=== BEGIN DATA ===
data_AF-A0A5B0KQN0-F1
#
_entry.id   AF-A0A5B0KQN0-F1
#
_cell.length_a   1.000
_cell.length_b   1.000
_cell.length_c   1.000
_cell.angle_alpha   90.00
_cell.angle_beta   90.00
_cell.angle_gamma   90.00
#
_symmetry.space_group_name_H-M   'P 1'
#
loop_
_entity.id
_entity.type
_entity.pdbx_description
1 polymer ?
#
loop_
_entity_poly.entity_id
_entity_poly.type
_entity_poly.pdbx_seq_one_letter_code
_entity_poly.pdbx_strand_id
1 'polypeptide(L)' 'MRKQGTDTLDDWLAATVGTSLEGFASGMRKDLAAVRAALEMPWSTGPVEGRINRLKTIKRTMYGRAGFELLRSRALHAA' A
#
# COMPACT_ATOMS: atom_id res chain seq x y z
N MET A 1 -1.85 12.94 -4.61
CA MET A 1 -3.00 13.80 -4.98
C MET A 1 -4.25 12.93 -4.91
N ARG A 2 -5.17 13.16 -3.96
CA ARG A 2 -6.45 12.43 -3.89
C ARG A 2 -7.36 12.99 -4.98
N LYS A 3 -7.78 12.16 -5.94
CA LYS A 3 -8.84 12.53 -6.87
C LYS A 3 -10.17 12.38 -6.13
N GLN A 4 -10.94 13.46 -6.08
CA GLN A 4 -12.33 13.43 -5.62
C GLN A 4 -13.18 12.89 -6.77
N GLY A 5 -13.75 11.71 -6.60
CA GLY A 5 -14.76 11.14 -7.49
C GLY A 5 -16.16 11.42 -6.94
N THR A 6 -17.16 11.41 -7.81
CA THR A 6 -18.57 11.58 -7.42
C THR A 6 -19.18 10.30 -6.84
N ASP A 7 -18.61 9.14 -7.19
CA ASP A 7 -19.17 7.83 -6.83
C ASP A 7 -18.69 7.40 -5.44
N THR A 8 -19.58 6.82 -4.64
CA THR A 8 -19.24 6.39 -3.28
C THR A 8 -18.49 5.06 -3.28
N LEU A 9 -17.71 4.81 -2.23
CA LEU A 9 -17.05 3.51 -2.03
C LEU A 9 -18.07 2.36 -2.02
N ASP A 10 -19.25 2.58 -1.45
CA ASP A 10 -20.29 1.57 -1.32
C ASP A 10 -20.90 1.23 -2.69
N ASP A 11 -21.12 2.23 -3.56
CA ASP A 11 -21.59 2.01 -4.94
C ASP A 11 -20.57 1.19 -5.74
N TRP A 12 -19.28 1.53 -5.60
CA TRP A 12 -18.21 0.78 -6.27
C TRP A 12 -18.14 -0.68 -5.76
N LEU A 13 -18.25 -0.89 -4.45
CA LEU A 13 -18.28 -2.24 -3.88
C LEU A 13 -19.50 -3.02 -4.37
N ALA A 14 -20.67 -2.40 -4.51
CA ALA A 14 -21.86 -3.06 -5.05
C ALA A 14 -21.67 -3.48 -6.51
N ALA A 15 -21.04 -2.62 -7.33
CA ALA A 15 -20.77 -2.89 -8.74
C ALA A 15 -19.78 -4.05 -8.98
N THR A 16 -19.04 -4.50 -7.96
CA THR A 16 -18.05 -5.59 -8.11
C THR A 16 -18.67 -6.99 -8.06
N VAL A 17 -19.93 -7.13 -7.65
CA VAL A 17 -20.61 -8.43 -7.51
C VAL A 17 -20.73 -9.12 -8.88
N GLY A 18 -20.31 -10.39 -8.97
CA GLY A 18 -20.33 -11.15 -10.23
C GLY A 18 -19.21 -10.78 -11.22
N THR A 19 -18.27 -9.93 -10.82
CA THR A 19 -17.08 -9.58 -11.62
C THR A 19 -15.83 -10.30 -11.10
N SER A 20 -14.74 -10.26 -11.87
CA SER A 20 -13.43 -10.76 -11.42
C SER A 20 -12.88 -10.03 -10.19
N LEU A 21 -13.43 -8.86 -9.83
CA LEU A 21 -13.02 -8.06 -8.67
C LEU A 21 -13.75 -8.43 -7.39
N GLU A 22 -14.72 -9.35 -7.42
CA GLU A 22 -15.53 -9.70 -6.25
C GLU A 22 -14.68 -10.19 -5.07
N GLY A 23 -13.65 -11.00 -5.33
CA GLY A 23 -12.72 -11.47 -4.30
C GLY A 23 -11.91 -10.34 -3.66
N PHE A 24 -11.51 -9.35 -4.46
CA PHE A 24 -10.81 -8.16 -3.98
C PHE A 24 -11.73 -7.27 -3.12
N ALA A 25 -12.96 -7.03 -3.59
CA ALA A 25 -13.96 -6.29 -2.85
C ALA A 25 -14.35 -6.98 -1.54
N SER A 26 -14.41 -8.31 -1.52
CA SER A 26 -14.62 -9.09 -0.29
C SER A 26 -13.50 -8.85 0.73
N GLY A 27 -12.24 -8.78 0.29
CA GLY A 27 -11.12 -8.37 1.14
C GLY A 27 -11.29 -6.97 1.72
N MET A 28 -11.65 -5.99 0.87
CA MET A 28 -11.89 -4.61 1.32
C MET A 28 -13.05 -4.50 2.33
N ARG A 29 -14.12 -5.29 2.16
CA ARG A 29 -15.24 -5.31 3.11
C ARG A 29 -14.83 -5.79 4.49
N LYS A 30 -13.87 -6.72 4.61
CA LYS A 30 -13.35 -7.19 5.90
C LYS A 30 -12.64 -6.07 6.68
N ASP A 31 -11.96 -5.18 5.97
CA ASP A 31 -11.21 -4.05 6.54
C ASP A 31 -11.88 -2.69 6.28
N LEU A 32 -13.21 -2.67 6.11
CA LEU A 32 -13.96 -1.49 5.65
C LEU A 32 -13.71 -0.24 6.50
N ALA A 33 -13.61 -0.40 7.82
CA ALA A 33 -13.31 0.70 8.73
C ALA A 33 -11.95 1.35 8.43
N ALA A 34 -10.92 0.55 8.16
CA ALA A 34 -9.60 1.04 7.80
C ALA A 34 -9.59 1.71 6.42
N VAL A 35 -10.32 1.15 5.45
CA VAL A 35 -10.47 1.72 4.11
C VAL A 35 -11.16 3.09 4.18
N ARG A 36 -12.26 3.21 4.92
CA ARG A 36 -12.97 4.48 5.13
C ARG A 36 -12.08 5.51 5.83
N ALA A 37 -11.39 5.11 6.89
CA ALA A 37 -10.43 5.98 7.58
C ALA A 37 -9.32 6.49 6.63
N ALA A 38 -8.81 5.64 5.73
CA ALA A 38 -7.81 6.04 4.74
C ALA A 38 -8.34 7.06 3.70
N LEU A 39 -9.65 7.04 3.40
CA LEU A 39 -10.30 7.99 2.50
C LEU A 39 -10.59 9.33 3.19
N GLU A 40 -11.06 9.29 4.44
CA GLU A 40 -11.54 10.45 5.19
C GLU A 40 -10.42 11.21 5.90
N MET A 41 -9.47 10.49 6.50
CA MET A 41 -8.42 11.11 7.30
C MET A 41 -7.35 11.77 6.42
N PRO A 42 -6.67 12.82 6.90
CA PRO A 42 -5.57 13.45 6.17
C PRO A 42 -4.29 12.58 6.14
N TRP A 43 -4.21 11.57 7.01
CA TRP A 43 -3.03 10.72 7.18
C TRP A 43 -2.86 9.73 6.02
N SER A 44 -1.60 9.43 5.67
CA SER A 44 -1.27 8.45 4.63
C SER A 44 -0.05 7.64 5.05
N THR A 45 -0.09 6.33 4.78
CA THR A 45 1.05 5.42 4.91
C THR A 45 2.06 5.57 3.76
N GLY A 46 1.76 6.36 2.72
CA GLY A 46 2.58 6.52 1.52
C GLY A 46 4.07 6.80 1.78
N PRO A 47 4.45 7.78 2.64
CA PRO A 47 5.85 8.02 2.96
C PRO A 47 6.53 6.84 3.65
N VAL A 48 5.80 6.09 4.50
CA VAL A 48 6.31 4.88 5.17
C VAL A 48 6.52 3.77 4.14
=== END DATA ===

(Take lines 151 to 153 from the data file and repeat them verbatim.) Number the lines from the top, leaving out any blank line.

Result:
N PRO A 42 -6.67 12.82 6.90
CA PRO A 42 -5.57 13.45 6.17
C PRO A 42 -4.29 12.58 6.14